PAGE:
Second, this stems from this [c]ourt sanctioning and holding me in contempt originally because in representing my client, I made a verbal motion to dismiss his case. I ha[d] indicated to the [c]ourt when I came in today that I can't think of what's going to happen to me at the end of this trial as well as represent my client at the same time. And all the [c]ourt needed to do was to tell me if the sanction was not going to be . . . vacated what the penalty would be because you held me in contempt. That to me means if that fine is not paid, I am going to be subject to being arrested. And I will not have that hanging over my head at the same time that I'm here to represent my client.

I have abused nothing. It is this [c]ourt that has abused its discretion in this matter.

THE COURT: You finished?

[DEFENDANT]: I am finished.

THE COURT: Okay. I've heard what you just said. I've heard it before. I had absolutely no intention . . . of holding you in contempt for your previous misconduct. I imposed a sanction for a frivolous motion that occurred some two or three weeks ago. I'm simply trying to get to the finish of this case today. I ordered you to proceed. You have repeated this argument over and over and over again. I had no contempt citation against you until the present matter where you . . . have contumaciously and consciously repeatedly refused to proceed with the case.

The only sanction against you was $100. That was going to be reviewed by the Court. You were not going to be arrested for nonpayment of the $100.

. . . .

[DEFENDANT]: I did not know that.

THE COURT: And now you're interrupting me.

[DEFENDANT]: You did not say that before.

THE COURT: And now [you] want to continue to interrupt me? Okay?

[DEFENDANT]: I'm just trying --

THE COURT: You had no reason to --

[DEFENDANT]: -- to make things clarified.

THE COURT: You had no reason to believe that th[ere] would be any . . . kind of a problem except to . . . argue with the [c]ourt after the completion of the case --

[DEFENDANT]: With the treatment --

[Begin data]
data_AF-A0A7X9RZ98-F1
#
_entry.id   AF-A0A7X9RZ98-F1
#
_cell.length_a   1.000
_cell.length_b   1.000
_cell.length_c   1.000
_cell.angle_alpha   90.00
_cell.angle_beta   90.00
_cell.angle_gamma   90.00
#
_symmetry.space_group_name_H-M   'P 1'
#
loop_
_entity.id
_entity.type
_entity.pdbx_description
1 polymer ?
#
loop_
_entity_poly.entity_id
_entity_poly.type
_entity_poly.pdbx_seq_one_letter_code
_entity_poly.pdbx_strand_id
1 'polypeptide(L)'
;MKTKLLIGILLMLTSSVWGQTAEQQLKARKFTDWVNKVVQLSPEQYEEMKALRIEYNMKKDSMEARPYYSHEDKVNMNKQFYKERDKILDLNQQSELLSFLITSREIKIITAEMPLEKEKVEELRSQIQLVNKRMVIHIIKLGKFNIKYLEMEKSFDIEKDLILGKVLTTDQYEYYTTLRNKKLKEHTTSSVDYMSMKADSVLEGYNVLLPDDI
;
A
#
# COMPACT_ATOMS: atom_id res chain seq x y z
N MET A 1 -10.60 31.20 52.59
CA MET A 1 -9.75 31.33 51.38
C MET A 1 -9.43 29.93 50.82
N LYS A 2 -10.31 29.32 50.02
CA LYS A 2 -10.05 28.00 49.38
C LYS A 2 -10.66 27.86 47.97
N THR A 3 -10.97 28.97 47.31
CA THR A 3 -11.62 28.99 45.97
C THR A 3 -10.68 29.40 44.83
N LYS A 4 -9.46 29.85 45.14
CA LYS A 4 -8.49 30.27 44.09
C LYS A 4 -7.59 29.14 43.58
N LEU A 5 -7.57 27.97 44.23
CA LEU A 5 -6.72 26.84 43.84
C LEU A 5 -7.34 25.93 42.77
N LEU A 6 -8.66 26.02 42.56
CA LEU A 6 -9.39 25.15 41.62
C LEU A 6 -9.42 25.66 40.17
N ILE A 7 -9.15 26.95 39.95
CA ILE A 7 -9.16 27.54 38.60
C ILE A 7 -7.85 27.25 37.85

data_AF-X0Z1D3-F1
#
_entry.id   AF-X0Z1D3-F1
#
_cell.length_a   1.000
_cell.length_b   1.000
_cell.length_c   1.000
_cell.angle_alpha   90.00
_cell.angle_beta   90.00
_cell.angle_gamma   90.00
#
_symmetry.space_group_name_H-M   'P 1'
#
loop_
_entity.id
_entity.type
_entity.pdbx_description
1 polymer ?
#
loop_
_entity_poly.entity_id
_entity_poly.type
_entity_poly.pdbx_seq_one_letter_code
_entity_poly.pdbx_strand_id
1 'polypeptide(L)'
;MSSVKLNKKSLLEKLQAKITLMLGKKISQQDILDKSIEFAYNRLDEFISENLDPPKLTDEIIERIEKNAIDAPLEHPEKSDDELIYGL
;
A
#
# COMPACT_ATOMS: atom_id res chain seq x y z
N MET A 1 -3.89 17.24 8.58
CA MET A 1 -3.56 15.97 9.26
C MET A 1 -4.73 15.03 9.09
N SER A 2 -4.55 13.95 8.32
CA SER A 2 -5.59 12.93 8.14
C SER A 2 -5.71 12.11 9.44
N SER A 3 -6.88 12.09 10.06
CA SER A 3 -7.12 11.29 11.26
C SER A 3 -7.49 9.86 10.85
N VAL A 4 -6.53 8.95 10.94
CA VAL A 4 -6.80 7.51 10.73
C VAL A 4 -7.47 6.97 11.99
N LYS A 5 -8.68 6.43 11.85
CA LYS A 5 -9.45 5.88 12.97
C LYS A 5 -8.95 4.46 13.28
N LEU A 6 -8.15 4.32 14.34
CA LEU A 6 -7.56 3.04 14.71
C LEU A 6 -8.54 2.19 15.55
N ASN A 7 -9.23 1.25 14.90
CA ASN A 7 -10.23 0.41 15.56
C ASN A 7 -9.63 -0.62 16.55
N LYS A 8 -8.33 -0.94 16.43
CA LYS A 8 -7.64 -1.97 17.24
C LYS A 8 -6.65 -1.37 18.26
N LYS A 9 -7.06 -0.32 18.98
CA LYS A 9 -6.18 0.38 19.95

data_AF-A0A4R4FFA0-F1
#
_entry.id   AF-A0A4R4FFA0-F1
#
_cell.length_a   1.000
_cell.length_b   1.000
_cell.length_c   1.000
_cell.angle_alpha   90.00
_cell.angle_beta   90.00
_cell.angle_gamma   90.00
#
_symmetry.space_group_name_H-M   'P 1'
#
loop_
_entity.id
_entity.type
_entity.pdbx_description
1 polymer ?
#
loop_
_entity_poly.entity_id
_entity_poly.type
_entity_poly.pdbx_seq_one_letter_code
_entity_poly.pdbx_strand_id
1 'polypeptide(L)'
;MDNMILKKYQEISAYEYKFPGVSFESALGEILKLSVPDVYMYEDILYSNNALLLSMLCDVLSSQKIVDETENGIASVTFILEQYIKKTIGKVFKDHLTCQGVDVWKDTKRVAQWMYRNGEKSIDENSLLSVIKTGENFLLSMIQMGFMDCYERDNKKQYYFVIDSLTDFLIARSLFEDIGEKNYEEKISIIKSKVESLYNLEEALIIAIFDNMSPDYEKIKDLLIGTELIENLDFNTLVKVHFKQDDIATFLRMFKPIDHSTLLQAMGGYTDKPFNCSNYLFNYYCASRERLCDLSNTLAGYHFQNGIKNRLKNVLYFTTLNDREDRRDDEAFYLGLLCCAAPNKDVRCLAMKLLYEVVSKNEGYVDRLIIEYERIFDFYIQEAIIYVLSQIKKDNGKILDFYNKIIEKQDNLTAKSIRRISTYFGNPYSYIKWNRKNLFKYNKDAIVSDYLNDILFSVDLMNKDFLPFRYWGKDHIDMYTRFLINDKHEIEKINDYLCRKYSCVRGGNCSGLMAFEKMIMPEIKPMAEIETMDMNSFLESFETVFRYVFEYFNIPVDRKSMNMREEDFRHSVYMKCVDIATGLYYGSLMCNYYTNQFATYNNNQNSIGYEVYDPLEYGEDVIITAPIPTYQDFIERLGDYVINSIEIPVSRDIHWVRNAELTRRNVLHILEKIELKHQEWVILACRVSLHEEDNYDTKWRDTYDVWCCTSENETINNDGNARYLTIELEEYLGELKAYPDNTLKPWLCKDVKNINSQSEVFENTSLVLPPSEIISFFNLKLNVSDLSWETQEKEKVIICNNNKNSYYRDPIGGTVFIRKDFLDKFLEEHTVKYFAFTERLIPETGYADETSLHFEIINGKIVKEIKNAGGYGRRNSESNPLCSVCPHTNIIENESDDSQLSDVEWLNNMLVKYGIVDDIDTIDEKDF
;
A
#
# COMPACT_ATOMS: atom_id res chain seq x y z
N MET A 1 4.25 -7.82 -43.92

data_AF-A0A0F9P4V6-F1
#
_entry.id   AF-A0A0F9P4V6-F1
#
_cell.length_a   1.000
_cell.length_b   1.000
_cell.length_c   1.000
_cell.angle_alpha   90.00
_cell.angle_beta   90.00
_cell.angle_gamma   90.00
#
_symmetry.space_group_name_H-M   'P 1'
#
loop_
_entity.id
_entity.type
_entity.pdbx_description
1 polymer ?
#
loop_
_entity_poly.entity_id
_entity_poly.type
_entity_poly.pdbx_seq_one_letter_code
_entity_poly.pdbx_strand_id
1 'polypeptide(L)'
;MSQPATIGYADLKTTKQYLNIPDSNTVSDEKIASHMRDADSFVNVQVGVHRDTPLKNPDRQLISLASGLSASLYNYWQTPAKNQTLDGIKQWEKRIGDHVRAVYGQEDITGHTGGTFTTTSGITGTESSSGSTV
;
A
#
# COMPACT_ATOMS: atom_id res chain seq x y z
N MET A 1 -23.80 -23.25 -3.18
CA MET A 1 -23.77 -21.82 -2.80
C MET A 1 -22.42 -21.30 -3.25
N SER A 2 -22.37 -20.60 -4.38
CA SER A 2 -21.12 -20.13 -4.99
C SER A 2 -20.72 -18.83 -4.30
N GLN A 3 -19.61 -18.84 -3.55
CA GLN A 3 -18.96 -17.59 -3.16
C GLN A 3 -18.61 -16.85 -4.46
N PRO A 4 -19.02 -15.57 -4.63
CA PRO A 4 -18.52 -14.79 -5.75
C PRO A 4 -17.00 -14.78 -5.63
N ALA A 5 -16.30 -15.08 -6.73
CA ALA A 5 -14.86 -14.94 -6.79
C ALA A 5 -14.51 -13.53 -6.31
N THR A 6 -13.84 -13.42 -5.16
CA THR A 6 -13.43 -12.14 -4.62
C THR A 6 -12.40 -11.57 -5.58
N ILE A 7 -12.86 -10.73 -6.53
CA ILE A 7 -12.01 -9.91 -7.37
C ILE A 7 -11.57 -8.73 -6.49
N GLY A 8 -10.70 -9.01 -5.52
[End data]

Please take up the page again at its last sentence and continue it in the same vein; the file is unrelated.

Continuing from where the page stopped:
THE COURT: -- that the --

[DEFENDANT]: -- that I've received from --

THE COURT: You want to keep --

[DEFENDANT]: -- this [c]ourt --

THE COURT: -- keep interrupting me?

[DEFENDANT]: I thought that that would be --

THE COURT: Keep interrupting me.

[DEFENDANT]: -- a possibility.

THE COURT: Okay. I have recited the facts as best as I can. I have . . . seen this terrible conduct. I've never seen anything like this by an attorney in the open . . . courtroom before. The --

[DEFENDANT]: I echo that.

THE COURT: Th[is] . . . defendant . . . has been willfully contumacious. Punishment will be determined right now. I'm going to sentence you to ten days in the jail and issue a fine of $500. The execution in accordance with the rule would be stayed for five days. That's it.

Take this lady out of the courtroom. Execution is stayed. She can be released.

[DEFENDANT]: I have practiced for about 20 --


[DEFENDANT]: -- years. I have never --

THE COURT: You're going to continue --

[DEFENDANT]: -- had this type of --

THE COURT: I'm telling you to leave the courtroom right now, ma'am.

[DEFENDANT]: -- disrespect --


[DEFENDANT]: -- and abuse by any judge in all --

THE COURT: Leave this courtroom right now.

[DEFENDANT]: -- the years that --

THE BAILIFF: Ma'am, come on.

[DEFENDANT]: -- I've been practicing.

THE COURT: Or I will put you right in jail.

Defendant appealed her contempt of court; venue was transferred from Essex to Hudson County. Just before the hearing on appeal, defendant moved to have the Law Division judge recuse himself based upon comments the judge had made during a pre-trial telephone conference in which he inquired whether defendant would be willing to apologize to the municipal court judge. Defendant stated that she would not be willing to apologize. The Law Division judge concluded that his pre-trial involvement was not excessive and did not warrant recusal.

At the trial de novo on February 22, 2008, the Law Division judge rejected defendant's argument that the municipal judge should have recused himself after imposing the $100 sanction; the judge dismissed that sanction, however, because he found that the municipal judge had improperly imposed it. The Law Division judge upheld the contempt order entered on October 25, 2007, directed the prosecutor "to refer this matter to the appropriate Committee on Attorney Ethics[,]" and postponed sentencing.